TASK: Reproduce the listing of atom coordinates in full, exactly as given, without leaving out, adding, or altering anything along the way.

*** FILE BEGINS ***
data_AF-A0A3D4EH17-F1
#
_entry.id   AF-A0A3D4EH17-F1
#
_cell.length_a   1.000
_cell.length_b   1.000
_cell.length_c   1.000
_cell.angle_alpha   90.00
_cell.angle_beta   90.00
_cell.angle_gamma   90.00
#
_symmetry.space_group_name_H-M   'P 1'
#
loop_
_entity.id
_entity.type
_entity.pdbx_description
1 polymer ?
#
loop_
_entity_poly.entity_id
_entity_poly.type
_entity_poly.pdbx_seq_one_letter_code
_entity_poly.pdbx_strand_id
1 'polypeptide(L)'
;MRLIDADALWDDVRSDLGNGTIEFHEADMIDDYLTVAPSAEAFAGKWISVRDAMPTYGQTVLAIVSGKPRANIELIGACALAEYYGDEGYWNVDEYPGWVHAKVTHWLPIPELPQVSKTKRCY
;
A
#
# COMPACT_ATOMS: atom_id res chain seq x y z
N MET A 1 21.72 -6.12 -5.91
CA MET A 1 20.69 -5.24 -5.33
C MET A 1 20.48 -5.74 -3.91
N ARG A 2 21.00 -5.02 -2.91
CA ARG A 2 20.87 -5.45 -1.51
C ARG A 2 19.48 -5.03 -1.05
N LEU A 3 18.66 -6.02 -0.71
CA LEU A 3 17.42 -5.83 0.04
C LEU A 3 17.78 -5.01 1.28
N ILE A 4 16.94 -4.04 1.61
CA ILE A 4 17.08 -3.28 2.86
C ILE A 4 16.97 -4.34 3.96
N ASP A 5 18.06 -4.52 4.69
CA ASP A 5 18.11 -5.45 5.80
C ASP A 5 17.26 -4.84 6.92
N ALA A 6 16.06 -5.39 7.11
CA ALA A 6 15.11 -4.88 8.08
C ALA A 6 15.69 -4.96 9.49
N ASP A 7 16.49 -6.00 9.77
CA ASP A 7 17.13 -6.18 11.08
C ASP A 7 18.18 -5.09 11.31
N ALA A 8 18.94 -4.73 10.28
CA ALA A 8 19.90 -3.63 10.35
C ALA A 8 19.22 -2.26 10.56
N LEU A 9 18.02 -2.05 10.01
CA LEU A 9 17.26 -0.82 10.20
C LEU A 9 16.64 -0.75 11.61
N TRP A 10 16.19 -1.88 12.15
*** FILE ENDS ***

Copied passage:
data_AF-A0A3D4EH17-F1
#
_entry.id   AF-A0A3D4EH17-F1
#
_cell.length_a   1.000
_cell.length_b   1.000
_cell.length_c   1.000
_cell.angle_alpha   90.00
_cell.angle_beta   90.00
_cell.angle_gamma   90.00
#
_symmetry.space_group_name_H-M   'P 1'
#
loop_
_entity.id
_entity.type
_entity.pdbx_description
1 polymer ?
#
loop_
_entity_poly.entity_id
_entity_poly.type
_entity_poly.pdbx_seq_one_letter_code
_entity_poly.pdbx_strand_id
1 'polypeptide(L)'
;MRLIDADALWDDVRSDLGNGTIEFHEADMIDDYLTVAPSAEAFAGKWISVRDAMPTYGQTVLAIVSGKPRANIELIGACALAEYYGDEGYWNVDEYPGWVHAKVTHWLPIPELPQVSKTKRCY
;
A
#
# COMPACT_ATOMS: atom_id res chain seq x y z
N MET A 1 21.72 -6.12 -5.91
CA MET A 1 20.69 -5.24 -5.33
C MET A 1 20.48 -5.74 -3.91
N ARG A 2 21.00 -5.02 -2.91
CA ARG A 2 20.87 -5.45 -1.51
C ARG A 2 19.48 -5.03 -1.05
N LEU A 3 18.66 -6.02 -0.71
CA LEU A 3 17.42 -5.83 0.04
C LEU A 3 17.78 -5.01 1.28
N ILE A 4 16.94 -4.04 1.61
CA ILE A 4 17.08 -3.28 2.86
C ILE A 4 16.97 -4.34 3.96
N ASP A 5 18.06 -4.52 4.69
CA ASP A 5 18.11 -5.45 5.80
C ASP A 5 17.26 -4.84 6.92
N ALA A 6 16.06 -5.39 7.11
CA ALA A 6 15.11 -4.88 8.08
C ALA A 6 15.69 -4.96 9.49
N ASP A 7 16.49 -6.00 9.77
CA ASP A 7 17.13 -6.18 11.08
C ASP A 7 18.18 -5.09 11.31
N ALA A 8 18.94 -4.73 10.28
CA ALA A 8 19.90 -3.63 10.35
C ALA A 8 19.22 -2.26 10.56
N LEU A 9 18.02 -2.05 10.01
CA LEU A 9 17.26 -0.82 10.20
C LEU A 9 16.64 -0.75 11.61
N TRP A 10 16.19 -1.88 12.15